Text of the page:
Hoi An is a picture-perfect Vietnamese town, with crumbling mustard yellow buildings, street food vendors wearing conical hats on every corner and a riverfront that's lit by lanterns. It's touristy yes, what used to be local businesses and family homes are now boutique hotels and tailors (so many tailors), but it's still undeniably lovely. And you can get off the tourist trail; it just takes a bit of work.
Where to eat
We may have eaten the best food of our entire trip in Hoi An (I say may because our whole time in Vietnam was a whirlwind of incredible food). There are so many restaurants in this town, it's not possible to try them all in just one week, but here are a few we loved:
- Miss Ly: the menu here includes all of the area's specialities; it's a great place to try local food. Everything we ate was absolutely delicious, but the fish in banana leaf was our favourite. It gets busy, so make a reservation if you don't want to wait.
- Banh Mi Phuong: the best banh mi ever, I could eat this every day (fyi: banh mi is a small baguette stuffed with pate, herbs, pickles and your choice of meat). If you're into sandwiches, you will love this place.
- Minh Hien: a little out of the old town, this vegetarian spot is a nice place to have a healthy lunch, our favourite dish was the stir-fried pho noodles.
- Cocobox: a light and airy organic cafe that serves up delicious juices, salads and sandwiches. The doors open out on to the streets of the old town, perfect for people watching.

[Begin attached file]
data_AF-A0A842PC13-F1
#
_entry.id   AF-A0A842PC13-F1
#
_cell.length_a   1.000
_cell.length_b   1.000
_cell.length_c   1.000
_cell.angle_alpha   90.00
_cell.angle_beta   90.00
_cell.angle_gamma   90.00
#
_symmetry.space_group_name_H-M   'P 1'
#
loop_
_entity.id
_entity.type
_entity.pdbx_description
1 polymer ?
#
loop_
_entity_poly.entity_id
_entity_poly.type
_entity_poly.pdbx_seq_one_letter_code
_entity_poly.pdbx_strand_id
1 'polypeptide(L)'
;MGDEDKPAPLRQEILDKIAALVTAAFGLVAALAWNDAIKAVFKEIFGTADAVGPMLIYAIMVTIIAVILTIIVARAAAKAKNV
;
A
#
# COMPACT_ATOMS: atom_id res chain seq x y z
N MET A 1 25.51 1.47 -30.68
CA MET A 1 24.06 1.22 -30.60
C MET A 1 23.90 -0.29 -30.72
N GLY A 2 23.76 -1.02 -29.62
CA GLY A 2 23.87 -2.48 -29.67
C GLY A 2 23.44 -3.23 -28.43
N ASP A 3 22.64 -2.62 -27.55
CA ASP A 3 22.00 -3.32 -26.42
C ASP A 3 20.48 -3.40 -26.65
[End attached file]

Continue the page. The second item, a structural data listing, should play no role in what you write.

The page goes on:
- Com Ga Ba Buoi: this family-run restaurant has been cooking up delicious chicken rice since the 1950s (like many restaurants in Vietnam, it only serves one thing) and it's a great place to go for a more local experience. Hoi An's version is quite different to the Hainanese chicken rice we've had elsewhere; peppermint, sliced onions and chilli jam give the dish some extra punch.
The best way to get off the beaten path in Hoi An is to explore the countryside by motorbike or bicycle. Just load up a map of the area on your phone (type "okay maps" into Google maps to save it offline) and head out. If a road looks interesting, take it. Our trips into the countryside didn't lead us to the temples or waterfalls that we had planned, but we did see beautiful mountains and rice paddies, a roadside cock fight, a basket full of piglets and so many smiling faces. Getting lost is the best bit.
Hoi An market
As usual, we clocked up a couple of hours at the local market. Like most markets, it's best to come here early (we went at 7am). The whole vibe changes later on in the day and there is much more focus on selling to tourists (i.e., there is a lot more hassle!).
Cam Kim island
A short ferry ride from Hoi An is Cam Kim, a rural island where you can see rice paddies, buffalos and fishermen. Again, a motorbike or bicycle is best to explore this area. To get to the island, catch a ferry from the riverfront. Locals are charged 2000 VND but 10,000 VND is considered a fair price for foreigners. It's also an extra 5000 VND for a motorbike. The roads on the island are in good condition and it's a fun place to explore and observe rural life. At the southeast of Cam Kim island, there's a bridge to a smaller island, where we found a colourful village full of smiling, waving children. It's the perfect balance to Hoi An's touristy vibe.
Where we stayed: Flower Garden Homestay is a nice, budget guesthouse in a family home a short walk from the old town.
For lots more off-the-beaten-path tips, check out my other posts on Vietnam.